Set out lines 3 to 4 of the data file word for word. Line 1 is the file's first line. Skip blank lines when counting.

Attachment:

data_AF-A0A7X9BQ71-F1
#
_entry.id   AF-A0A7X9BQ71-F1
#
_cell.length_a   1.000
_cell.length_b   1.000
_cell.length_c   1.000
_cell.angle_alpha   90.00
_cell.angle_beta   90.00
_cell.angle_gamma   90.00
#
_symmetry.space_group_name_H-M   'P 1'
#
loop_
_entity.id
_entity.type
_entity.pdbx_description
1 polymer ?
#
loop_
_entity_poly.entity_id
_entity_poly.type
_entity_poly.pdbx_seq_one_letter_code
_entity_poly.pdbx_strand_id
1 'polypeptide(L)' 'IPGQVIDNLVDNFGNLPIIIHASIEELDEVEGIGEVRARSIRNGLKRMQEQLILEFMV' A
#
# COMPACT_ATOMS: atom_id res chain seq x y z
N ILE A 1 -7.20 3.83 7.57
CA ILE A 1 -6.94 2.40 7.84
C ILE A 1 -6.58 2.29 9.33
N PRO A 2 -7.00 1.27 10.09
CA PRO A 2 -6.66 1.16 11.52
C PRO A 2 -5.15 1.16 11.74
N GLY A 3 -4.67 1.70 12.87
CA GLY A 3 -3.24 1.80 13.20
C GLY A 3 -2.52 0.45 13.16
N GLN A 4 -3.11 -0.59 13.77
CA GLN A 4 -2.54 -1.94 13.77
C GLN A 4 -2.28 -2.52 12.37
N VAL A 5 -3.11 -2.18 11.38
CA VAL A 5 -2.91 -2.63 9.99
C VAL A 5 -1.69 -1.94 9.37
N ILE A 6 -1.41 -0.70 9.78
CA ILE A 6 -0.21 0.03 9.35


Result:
_entry.id   AF-A0A7X9BQ71-F1
#